Texas Coffee Co. copes with loss, moves forward with optimism

When Carlo Busceme III died suddenly and unexpectedly last September, the question arose, “What now?” for the Texas Coffee Company.

Carlo had been president of the Beaumont business for more than 18 years when in 1999, his cousins Joseph F. Fertitta Jr. and Donald P. Fertitta took over management of the company founded in 1921 and famously known for its Seaport and TexJoy products.

Although Joseph had extensive business management experience and Donald had a background in industrial sales, Carlo conveyed a message to his two cousins when they arrived.

“The one thing Carlo told me when we got out here was … there will be no compromise,” Joseph told the Business Journal. “Our grandfather (Charles J. Fertitta Sr.) founded this business, and he was a man of integrity and moral fortitude. … We made a pledge to our family and to our stockholders that we were going to run this company like our grandfather ran it in the sense of integrity and in the sense of moral fortitude.”

In other words, Carlo told his cousins, “We’re going to do this right,” Joseph said. “We’re not going to compromise for us to profit.”

And that’s how Carlo lived his life, according to Joseph.

In 1999, because he knew the business so well, Carlo remained president, Joseph became vice president and secretary/treasurer and Donald vice president/GM. But titles meant nothing, according to Joseph, because the trio worked as a team.

“What I used to tell people when they asked how (we) three (got) along — I said a perfect match,” Joseph said. “I worked with Carlo for 18 and a half years and met with him every morning. In 18 and a half years, we never had a cross word. You tell me how many people you know that are in business with partners or relatives that can make that claim.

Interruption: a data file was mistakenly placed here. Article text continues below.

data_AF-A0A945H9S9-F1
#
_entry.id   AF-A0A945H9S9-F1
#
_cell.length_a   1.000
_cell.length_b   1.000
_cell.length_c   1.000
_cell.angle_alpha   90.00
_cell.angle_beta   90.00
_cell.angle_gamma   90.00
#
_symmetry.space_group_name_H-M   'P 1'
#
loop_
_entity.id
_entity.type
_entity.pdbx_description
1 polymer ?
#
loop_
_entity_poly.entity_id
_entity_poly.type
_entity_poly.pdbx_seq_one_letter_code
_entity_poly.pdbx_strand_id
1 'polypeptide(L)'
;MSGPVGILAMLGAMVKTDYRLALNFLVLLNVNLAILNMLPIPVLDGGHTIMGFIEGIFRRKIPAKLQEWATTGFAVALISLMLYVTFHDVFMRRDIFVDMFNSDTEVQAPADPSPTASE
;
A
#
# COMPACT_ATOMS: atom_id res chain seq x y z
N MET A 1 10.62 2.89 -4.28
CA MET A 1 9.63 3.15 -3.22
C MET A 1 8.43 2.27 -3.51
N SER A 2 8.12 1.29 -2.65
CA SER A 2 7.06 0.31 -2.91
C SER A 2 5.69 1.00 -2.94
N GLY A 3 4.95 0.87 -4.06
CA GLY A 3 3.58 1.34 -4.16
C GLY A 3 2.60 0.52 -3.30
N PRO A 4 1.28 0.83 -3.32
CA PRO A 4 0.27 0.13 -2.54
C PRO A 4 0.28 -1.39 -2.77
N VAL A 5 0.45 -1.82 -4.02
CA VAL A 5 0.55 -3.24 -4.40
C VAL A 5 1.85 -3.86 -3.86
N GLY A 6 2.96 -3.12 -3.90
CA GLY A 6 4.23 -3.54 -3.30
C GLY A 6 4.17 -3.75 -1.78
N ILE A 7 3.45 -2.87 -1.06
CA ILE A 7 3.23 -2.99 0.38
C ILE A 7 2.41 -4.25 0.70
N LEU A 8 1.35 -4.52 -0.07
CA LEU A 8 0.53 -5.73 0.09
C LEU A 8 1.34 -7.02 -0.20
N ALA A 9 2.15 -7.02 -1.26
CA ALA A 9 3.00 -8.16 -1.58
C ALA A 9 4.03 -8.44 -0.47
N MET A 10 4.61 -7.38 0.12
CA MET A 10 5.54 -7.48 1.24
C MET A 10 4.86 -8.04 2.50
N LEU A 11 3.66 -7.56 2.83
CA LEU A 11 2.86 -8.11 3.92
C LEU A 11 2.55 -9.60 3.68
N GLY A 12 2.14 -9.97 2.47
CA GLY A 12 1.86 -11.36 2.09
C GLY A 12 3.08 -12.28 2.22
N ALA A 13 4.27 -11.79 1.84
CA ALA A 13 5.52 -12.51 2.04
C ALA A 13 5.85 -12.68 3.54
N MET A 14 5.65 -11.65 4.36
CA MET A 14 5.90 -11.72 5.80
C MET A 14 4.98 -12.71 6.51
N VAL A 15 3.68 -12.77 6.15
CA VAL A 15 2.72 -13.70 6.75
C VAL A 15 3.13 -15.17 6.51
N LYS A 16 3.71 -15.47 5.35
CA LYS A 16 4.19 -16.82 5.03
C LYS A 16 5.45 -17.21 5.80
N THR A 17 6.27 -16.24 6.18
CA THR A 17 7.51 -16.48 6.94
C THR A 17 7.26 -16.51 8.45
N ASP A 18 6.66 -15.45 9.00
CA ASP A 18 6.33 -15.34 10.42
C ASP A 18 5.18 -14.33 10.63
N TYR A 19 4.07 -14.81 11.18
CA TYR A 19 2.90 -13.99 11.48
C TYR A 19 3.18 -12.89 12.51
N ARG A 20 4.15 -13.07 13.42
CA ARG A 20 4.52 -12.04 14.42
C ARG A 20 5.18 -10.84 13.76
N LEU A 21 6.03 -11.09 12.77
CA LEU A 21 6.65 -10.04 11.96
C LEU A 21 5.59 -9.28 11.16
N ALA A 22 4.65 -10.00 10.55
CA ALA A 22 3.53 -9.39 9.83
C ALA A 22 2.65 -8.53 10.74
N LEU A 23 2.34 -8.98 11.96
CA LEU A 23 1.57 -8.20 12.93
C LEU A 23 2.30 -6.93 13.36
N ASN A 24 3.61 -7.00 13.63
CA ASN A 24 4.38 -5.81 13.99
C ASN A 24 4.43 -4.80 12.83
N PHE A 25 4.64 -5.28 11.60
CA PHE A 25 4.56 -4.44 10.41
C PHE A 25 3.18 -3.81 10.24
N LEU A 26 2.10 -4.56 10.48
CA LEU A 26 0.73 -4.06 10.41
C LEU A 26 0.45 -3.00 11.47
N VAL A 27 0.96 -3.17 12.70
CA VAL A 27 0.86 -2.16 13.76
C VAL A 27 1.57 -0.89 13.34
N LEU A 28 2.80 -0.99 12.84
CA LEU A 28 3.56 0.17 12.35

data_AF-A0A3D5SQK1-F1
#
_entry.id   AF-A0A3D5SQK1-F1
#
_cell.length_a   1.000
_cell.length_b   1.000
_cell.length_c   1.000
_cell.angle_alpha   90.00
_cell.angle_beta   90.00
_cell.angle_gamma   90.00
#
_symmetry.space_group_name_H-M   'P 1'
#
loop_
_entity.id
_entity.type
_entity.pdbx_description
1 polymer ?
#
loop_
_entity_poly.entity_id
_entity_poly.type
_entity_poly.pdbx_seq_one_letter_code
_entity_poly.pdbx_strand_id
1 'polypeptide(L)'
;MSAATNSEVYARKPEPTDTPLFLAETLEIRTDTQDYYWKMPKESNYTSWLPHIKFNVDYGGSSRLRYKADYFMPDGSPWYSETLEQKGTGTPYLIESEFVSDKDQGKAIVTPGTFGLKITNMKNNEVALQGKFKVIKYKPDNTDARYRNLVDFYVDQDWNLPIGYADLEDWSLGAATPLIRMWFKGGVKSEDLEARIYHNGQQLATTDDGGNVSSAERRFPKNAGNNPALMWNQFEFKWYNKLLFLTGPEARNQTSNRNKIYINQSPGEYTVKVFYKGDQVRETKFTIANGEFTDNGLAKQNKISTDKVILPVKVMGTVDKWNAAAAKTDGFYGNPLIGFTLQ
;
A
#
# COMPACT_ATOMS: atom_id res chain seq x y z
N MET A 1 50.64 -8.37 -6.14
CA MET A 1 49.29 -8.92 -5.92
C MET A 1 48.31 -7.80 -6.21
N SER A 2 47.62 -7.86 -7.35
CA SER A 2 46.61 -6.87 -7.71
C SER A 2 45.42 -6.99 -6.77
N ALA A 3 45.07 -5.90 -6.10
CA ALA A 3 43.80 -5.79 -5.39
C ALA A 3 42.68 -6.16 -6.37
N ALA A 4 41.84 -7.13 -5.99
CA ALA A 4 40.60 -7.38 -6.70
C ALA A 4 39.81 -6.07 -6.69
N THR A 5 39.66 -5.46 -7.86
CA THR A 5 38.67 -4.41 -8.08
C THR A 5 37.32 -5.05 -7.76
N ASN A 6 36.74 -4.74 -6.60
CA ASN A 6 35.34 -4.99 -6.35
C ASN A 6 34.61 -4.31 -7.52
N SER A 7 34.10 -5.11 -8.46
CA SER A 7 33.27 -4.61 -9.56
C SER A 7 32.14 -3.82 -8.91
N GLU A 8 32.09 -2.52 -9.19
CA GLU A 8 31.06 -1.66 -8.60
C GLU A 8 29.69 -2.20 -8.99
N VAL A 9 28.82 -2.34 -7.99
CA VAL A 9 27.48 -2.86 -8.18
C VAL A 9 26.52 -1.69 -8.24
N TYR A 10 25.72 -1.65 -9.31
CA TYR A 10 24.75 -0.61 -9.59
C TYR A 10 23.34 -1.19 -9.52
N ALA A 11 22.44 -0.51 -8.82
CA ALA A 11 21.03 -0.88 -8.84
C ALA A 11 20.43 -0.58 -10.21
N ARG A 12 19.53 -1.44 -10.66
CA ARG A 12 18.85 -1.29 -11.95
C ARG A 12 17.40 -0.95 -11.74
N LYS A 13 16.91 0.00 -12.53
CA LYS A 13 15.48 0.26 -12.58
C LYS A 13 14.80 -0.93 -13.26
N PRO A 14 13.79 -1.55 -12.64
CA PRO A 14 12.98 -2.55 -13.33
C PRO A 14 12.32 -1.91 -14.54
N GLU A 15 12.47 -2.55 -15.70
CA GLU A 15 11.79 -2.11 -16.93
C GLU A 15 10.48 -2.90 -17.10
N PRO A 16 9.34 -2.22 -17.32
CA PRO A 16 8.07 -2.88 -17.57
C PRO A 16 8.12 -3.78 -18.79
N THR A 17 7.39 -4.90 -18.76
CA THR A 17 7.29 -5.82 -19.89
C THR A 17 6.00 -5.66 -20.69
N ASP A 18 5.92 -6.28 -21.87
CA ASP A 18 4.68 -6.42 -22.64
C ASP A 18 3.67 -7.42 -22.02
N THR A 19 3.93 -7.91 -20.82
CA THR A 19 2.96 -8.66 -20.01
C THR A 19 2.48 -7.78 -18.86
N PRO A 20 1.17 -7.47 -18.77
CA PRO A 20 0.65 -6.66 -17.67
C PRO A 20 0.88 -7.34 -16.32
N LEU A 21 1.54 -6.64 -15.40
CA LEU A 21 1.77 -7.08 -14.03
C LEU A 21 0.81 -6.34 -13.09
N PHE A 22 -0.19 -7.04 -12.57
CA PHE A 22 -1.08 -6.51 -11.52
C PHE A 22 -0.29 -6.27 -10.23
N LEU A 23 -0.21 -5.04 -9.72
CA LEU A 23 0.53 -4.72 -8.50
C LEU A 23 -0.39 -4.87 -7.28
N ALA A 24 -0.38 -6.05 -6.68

“Carlo and I didn’t always agree,” Joseph clarified. “We agreed to disagree sometimes, but we knew how to come to terms, and that’s what made it work. And with three people, that’s why it was a perfect balance because everybody knew their strengths and weaknesses, and that’s how we would delegate or dictate as to what we were going to do.

“It worked because Carlo was willing to communicate. I was willing to communicate, and Donald was willing to communicate everything that took place in this company.”

“Whenever Carlo passed, it was not only a shock to lose a business colleague, but it was a shock to lose somebody that was a confidant, somebody that was a friend — let alone a family member, somebody that could sit down with you and say, ‘Look, I hear what you’re saying, but look at it this way, think about it that way, and then sleep on it and we’ll talk again.’ … He was never demanding. He was never disrespectful. He was a businessman, but he was a kind businessman. He was a businessman that was like no other. … Carlo left an indelible mark on me in so many ways,” Joseph said.

But 96-year old businesses don’t survive on the sweat and blood of one man alone, and it wasn’t the first time the company had lost a valuable member.

“And we’re still here and competing in a market of giants,” Joseph said. “We’re the smallest player on the field. We’re the David and they’re the Goliath. We’re up against all of them. And yet here we are. … The reason we can compete with these giants is because we can do end-around a lot quicker than they can. We can make decisions a lot quicker than they can. We can move into the markets a lot quicker than they can.”

Making the highest quality products available to the customer is also at the top of the list when it comes to Texas Coffee Company’s philosophy.

“We’re buying a high-grade product, and we would never compromise, and for that reason, we would take a smaller profit margin and really get a better product out there for the consumer,” he said. “We’re held to the same standards that the big boys are held to — not only in manufacturing and in product, but also in the way we do business. If we’re going to tell you that TexJoy and Seaport are products that you know and trust, then we’ve got to gain that trust.”